The relationship between humans and cats, it turns out, has always been complicated.
The oldest archaeological evidence for domesticated cats can be traced back to 7500 BC, on the Mediterranean island of Cyprus. All domestic cats today, for the most part, are related to that subspecies – Felis silvestris lybica, or the Near Eastern wildcat.
But a new analysis of cat bones found in the Chinese village of Quanhucun suggests that there was a second domestication of cats, this time with a different species.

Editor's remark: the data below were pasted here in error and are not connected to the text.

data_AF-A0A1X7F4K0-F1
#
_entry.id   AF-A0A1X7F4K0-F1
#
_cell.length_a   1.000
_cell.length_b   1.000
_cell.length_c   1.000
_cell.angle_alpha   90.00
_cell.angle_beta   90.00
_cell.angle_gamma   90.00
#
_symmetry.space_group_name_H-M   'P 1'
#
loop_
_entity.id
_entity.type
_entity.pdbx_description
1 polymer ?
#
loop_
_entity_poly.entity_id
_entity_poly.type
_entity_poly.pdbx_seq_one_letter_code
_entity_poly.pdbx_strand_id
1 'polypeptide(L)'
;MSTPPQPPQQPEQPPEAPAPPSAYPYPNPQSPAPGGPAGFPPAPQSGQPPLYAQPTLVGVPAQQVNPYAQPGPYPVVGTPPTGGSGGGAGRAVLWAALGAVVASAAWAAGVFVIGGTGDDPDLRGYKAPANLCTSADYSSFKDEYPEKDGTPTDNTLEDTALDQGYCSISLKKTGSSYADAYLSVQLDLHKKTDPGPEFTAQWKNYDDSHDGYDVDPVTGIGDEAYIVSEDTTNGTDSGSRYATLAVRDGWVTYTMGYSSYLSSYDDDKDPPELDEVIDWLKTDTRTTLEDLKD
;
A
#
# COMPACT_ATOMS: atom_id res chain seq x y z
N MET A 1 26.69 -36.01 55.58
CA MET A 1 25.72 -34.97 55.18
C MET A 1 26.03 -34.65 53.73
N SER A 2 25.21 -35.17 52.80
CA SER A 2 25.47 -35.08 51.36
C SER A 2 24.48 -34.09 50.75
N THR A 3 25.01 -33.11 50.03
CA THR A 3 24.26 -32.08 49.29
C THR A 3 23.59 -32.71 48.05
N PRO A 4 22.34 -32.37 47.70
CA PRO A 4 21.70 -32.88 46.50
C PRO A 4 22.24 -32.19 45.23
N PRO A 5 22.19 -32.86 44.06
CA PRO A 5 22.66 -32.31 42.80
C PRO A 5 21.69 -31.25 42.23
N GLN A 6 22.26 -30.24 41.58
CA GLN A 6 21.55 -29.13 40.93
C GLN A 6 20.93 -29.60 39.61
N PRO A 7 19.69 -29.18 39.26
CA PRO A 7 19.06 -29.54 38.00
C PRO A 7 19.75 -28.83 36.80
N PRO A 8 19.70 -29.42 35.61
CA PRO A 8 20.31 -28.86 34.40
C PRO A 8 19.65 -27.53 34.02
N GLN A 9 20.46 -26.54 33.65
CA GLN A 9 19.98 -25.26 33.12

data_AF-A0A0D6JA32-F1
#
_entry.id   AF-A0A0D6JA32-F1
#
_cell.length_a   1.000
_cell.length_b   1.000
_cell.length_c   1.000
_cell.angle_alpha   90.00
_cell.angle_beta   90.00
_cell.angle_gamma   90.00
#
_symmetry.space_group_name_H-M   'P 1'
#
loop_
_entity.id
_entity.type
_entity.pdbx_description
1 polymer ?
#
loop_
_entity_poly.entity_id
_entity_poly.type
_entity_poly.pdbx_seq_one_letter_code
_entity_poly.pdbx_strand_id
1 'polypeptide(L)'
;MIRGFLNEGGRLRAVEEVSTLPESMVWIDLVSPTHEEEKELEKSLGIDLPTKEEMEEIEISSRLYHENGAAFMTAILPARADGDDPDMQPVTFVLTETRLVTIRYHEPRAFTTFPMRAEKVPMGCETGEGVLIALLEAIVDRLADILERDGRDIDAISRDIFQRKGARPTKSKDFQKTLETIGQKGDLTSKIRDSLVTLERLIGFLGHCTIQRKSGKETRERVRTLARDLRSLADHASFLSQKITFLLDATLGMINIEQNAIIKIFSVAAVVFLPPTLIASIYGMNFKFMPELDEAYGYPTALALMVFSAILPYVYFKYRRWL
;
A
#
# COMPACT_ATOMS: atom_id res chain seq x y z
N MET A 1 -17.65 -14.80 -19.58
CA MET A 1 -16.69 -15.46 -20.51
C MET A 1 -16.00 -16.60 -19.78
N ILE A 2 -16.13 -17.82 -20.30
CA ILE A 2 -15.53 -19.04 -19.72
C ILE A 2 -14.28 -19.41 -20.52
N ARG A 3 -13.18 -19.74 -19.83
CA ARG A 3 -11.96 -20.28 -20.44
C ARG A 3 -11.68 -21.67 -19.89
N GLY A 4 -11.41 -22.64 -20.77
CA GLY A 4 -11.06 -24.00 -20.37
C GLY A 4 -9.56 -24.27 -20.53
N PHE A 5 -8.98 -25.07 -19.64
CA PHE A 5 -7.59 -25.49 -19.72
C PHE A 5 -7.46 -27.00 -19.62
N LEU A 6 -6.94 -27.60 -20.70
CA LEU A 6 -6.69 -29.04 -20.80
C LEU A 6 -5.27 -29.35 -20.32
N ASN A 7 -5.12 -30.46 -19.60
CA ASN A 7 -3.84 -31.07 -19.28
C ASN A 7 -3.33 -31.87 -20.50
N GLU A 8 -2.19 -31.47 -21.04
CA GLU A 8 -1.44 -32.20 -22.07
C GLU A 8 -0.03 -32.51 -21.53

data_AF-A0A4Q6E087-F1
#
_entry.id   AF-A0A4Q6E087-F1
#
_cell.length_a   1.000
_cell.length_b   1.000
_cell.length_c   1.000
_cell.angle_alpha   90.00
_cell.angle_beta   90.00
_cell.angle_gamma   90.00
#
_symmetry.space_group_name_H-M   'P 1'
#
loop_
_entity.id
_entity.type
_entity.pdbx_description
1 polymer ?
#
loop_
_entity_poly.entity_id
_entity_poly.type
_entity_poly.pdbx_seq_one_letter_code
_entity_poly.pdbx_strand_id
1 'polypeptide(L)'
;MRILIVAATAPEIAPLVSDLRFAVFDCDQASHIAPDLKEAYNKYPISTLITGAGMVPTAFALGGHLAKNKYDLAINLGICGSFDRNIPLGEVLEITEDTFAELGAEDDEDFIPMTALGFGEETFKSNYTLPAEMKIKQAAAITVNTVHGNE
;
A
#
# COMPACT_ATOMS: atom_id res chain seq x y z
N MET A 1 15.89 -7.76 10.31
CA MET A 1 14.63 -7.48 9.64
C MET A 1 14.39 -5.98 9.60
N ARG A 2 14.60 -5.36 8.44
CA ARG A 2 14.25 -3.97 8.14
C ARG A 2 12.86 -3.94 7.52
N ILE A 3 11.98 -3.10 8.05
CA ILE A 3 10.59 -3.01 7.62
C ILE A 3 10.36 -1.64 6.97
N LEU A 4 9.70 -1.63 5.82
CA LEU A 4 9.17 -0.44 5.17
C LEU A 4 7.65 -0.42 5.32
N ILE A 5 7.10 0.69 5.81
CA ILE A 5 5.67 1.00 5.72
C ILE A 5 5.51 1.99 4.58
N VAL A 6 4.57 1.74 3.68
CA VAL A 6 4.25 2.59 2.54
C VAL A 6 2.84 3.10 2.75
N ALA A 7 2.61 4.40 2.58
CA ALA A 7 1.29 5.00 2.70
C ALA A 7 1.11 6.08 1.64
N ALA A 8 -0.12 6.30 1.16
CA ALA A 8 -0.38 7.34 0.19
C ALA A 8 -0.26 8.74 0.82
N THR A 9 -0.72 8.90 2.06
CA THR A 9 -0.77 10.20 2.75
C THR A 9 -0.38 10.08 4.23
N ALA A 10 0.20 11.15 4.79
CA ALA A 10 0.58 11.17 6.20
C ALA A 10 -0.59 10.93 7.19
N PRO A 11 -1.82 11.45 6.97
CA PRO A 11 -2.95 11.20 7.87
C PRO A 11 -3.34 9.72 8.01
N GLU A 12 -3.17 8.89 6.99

Using a differentiation method called geometric morphometrics, researchers led by Jean-Denis Vigne, the director of research at the French National Centre for Scientific Research in Paris, were able to conclude that the Chinese cat bones, dating back to about 5,300 years ago, do not belong to the Near Eastern wildcat species. Rather, they much more closely resemble the local leopard cat, or Prionailurus bengalensis.